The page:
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Tuesday, 16 September 1958
Page: 1235

Mr DOWNER (ANGAS, SOUTH AUSTRALIA) (Minister for Immigration) - Australians generally, of course, will welcome any interest by the United States of America in migration to Australia. So far, our information is disseminated through three channels - from our embassy in Washington, from the Consul-General in New York and the Consul-General in San Francisco. I do not know whether my honorable friend is aware that we have in operation - and have had for the past two years or so - a general assisted passage scheme by which the Australian Government provides, in round figures, approximately ?47 towards the cost of passages for citizens of the United States of America desiring to emigrate to Australia. Since World War II., approximately 14,000 immigrants have come to Australia from the United States of America and, again in round figures, about 4,000 have come here under the general assisted passage scheme.

I ask the honorable member to remember, however, that the United States of America, as .with ourselves, is still a country of immigration. The American quota is probably still the largest in the world every year. Therefore, although we are very desirous of attracting highly skilled and suitable types of immigrants from the United States of America to come to these shores, I think we would be fanciful if we imagined that, considering the American scene, the high standard of living there, the high wages and generally prosperous conditions, we could get any considerable number of Americans to come to Australia.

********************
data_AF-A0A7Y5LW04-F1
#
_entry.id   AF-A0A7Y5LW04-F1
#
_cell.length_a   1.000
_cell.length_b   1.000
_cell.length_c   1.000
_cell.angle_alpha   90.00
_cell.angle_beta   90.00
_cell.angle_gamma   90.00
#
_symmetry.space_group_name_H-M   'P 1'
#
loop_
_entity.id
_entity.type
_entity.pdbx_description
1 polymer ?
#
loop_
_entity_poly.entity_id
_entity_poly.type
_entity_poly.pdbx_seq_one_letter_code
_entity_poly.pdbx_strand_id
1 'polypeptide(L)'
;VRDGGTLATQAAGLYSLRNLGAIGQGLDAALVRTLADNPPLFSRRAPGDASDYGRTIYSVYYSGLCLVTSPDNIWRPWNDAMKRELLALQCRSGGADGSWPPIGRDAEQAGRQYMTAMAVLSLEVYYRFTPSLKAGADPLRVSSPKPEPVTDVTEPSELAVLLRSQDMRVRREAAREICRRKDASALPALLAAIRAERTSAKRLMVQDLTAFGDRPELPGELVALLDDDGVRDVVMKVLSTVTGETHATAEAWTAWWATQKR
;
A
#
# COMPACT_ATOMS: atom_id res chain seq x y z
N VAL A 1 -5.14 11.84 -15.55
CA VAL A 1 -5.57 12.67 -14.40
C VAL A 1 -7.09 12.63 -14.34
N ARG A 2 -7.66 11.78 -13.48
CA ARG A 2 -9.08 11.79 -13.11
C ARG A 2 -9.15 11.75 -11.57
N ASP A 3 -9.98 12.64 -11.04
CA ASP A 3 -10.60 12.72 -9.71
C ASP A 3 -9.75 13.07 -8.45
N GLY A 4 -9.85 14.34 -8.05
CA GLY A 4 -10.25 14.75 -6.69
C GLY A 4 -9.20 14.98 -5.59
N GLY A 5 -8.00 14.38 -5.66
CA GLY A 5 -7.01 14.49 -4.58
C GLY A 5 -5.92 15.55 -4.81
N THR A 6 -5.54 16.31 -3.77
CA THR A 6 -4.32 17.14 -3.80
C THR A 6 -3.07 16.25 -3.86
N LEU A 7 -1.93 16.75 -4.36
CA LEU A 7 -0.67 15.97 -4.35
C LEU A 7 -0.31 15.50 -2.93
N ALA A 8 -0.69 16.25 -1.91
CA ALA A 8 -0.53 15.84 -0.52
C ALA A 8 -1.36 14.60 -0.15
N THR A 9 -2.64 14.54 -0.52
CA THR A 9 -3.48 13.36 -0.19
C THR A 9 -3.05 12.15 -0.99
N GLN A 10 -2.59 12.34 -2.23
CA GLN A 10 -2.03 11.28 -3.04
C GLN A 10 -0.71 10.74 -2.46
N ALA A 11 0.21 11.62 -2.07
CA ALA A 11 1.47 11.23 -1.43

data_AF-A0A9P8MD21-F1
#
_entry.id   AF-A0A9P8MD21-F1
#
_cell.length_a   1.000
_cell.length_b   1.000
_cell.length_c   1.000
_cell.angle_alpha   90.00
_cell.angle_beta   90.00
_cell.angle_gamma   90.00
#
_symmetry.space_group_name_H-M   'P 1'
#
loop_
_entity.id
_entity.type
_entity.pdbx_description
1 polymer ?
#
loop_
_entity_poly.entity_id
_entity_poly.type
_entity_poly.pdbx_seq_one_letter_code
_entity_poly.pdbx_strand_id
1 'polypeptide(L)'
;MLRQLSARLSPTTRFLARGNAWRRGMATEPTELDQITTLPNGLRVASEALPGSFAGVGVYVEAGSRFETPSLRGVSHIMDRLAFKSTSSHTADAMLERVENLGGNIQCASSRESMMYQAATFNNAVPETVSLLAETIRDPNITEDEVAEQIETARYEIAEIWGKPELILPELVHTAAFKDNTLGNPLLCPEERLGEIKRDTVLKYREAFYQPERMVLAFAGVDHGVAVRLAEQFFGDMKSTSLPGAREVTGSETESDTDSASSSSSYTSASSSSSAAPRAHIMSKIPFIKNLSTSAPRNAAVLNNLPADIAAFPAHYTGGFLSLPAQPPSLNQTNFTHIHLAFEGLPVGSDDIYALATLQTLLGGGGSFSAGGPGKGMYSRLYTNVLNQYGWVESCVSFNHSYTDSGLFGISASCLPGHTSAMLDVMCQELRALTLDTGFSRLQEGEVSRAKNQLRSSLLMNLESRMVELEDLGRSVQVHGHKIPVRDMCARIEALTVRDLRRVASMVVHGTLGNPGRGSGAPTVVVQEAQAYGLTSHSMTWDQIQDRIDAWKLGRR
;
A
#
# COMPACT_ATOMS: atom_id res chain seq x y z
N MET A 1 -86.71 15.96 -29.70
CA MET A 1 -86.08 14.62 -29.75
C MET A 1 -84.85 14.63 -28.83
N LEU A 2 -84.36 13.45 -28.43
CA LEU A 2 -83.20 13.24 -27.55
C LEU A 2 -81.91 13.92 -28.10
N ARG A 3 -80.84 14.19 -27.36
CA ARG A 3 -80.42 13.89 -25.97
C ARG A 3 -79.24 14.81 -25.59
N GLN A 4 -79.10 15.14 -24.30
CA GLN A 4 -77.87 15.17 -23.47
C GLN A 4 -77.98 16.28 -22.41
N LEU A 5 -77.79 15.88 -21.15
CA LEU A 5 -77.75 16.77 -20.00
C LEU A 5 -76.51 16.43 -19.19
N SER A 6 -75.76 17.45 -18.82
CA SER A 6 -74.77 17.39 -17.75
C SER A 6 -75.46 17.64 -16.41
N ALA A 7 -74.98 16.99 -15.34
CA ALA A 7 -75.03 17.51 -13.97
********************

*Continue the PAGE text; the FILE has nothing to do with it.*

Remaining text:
Sir, thehonorable member has asked me whether we could extend our sources of recruitment. Bearing in mind what I have said, and also the fact that we have already three offices in the United States of America, I think it would be expensive and, perhaps, not altogether profitable, to establish new missions, even in large American provincial cities. As things are, we are most anxious to encourage American skilled workers and other suitable people to come to Australia, as I have said, but at this stage, it could best be left to employers and employers' organizations, who can offer them jobs when they get here, and accommodation. None the less, I wish to assure the honorable member that the Government is very well aware of these possibilities, is keeping a close watch not only on the United States, but on the North American situation generally, and will lose no opportunity to get those people to come here once sufficient opportunity demonstrates itself.

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